First: Remember the hearings over the dispute between CBSA and an Akwesasne woman, who blamed the border guards for “irradiating” her unborn child and forcing her to get an abortion because of it? The tribunal member, who has faced countless accusations of bias (surprise, anyone?), has now resigned before concluding the case, and will pass the file to someone else.
Second: While most federal candidates are steering clear of both sides of this issue, a Conservative candidate offered some support for Mayor Tremblay on the prayer-in-council Tribunal decision that is being appealed.
Third: What does the controversy over the approval of day-passes for BC child-killer Schoenborn have to do with the BC Human Rights Tribunal? Walker Morrow makes the connection.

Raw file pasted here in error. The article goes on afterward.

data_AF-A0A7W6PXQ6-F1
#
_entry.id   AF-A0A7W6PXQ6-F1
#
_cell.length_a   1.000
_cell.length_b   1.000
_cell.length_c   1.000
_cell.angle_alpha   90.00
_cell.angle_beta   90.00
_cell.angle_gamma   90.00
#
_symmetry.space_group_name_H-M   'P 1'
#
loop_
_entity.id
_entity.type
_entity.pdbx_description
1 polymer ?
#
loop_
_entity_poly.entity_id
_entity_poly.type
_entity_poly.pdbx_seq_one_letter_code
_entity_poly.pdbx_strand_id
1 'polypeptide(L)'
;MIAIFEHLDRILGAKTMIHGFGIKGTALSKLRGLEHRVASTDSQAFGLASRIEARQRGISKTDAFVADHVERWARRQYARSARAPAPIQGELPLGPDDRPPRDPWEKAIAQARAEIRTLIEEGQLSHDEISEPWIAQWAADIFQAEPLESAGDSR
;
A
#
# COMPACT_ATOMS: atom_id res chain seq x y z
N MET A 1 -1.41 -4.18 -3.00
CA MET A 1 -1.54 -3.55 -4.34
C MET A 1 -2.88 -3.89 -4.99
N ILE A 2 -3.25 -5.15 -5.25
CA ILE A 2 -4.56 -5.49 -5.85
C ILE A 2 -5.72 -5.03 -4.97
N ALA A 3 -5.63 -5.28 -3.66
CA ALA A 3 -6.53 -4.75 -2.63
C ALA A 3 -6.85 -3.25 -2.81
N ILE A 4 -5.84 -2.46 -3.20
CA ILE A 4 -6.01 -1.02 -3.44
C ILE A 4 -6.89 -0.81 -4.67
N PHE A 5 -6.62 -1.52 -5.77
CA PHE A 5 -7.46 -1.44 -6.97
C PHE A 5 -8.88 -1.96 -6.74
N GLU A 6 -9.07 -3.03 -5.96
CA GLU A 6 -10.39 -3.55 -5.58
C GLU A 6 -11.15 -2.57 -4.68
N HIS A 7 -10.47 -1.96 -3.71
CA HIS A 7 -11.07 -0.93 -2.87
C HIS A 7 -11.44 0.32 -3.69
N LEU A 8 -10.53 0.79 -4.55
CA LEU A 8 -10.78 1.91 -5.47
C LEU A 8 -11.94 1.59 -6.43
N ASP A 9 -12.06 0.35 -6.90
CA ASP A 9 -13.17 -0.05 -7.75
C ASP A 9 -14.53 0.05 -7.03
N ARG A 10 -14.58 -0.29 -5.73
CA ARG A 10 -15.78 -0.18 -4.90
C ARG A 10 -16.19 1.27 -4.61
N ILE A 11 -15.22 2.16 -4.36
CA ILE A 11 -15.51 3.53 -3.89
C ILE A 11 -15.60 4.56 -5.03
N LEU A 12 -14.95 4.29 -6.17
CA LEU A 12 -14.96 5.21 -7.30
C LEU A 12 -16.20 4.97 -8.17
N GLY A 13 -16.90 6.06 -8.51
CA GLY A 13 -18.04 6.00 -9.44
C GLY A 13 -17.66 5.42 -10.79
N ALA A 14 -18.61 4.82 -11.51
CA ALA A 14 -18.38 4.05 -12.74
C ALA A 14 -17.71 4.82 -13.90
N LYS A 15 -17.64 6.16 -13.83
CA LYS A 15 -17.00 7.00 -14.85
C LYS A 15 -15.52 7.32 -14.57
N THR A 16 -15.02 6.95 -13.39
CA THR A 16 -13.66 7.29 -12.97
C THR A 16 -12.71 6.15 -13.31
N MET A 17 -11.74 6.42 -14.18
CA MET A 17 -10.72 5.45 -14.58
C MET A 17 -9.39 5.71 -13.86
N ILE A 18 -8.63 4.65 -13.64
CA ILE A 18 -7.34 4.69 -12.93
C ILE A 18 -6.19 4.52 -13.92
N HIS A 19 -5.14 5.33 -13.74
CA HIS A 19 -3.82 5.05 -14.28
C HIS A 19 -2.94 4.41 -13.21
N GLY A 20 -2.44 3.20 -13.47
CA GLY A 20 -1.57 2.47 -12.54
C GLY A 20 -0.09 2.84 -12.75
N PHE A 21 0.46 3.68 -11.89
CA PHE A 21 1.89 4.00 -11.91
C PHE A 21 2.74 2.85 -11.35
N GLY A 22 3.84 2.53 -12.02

Fourth: A blogger rightly notes: Human Rights Leads to Despotism
Human rights legislation is essentially idealism on paper. It is subject to gross violations of common sense, to whims and notions…
Before this fledgling despotism flies on its own, society has a choice. Abolish human rights commissions and tribunals altogether, and leave such matters to real courts. (The taxes saved would be enormous.) Or, we can clarify the law with rigid definitions of all operative words. The present criteria of political correctness, feelings, tendencies and vagueness merely fuel the fires of despotism.
Fifth: The BCHRT is turning disabilities into an even larger liability than they already are. Just as an earlier complaint turned “family status” into a licence to unilaterally make scheduling demands of the employer, likewise a disability appears to absolve the employee from all but the worst workplace behavior. All that needs to be established is that the disability was a “factor” in the firing decision, however small, and we’ve got a successful human rights complaint.